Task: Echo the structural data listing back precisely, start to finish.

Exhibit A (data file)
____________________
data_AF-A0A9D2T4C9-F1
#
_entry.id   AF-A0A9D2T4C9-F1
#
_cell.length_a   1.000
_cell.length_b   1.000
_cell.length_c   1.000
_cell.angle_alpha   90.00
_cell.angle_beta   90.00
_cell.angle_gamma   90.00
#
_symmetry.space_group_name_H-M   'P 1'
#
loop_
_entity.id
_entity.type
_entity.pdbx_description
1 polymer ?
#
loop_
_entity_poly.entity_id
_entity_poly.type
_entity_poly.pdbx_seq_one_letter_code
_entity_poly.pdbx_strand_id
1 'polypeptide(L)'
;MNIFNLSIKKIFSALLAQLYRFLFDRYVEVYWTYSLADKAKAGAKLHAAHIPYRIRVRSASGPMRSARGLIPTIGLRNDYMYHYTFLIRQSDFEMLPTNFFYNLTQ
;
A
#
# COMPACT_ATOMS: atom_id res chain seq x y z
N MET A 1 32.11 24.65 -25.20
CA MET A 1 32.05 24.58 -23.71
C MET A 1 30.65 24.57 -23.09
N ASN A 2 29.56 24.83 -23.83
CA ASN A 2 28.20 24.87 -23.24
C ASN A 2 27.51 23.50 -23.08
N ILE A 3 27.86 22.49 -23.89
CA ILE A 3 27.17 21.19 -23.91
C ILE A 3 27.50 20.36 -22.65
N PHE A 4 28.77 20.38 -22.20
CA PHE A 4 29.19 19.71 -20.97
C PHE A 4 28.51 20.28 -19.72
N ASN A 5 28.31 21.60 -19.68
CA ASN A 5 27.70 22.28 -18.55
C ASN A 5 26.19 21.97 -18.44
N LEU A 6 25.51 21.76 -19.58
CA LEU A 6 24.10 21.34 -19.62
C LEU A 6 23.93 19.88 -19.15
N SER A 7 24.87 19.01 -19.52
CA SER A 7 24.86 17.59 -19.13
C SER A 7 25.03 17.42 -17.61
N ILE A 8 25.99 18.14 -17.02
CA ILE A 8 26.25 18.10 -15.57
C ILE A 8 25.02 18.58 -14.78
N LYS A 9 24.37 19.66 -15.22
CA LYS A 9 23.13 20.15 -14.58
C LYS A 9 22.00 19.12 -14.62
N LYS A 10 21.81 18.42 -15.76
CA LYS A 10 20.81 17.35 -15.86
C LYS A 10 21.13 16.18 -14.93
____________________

data_AF-A0A9D2T4C9-F1
#
_entry.id   AF-A0A9D2T4C9-F1
#
_cell.length_a   1.000
_cell.length_b   1.000
_cell.length_c   1.000
_cell.angle_alpha   90.00
_cell.angle_beta   90.00
_cell.angle_gamma   90.00
#
_symmetry.space_group_name_H-M   'P 1'
#
loop_
_entity.id
_entity.type
_entity.pdbx_description
1 polymer ?
#
loop_
_entity_poly.entity_id
_entity_poly.type
_entity_poly.pdbx_seq_one_letter_code
_entity_poly.pdbx_strand_id
1 'polypeptide(L)'
;MNIFNLSIKKIFSALLAQLYRFLFDRYVEVYWTYSLADKAKAGAKLHAAHIPYRIRVRSASGPMRSARGLIPTIGLRNDYMYHYTFLIRQSDFEMLPTNFFYNLTQ
;
A
#
# COMPACT_ATOMS: atom_id res chain seq x y z
N MET A 1 32.11 24.65 -25.20
CA MET A 1 32.05 24.58 -23.71
C MET A 1 30.65 24.57 -23.09
N ASN A 2 29.56 24.83 -23.83
CA ASN A 2 28.20 24.87 -23.24
C ASN A 2 27.51 23.50 -23.08
N ILE A 3 27.86 22.49 -23.89
CA ILE A 3 27.17 21.19 -23.91
C ILE A 3 27.50 20.36 -22.65
N PHE A 4 28.77 20.38 -22.20
CA PHE A 4 29.19 19.71 -20.97
C PHE A 4 28.51 20.28 -19.72
N ASN A 5 28.31 21.60 -19.68
CA ASN A 5 27.70 22.28 -18.55
C ASN A 5 26.19 21.97 -18.44
N LEU A 6 25.51 21.76 -19.58
CA LEU A 6 24.10 21.34 -19.62
C LEU A 6 23.93 19.88 -19.15
N SER A 7 24.87 19.01 -19.52
CA SER A 7 24.86 17.59 -19.13
C SER A 7 25.03 17.42 -17.61
N ILE A 8 25.99 18.14 -17.02
CA ILE A 8 26.25 18.10 -15.57
C ILE A 8 25.02 18.58 -14.78
N LYS A 9 24.37 19.66 -15.22
CA LYS A 9 23.13 20.15 -14.58
C LYS A 9 22.00 19.12 -14.62
N LYS A 10 21.81 18.42 -15.76
CA LYS A 10 20.81 17.35 -15.86
C LYS A 10 21.13 16.18 -14.93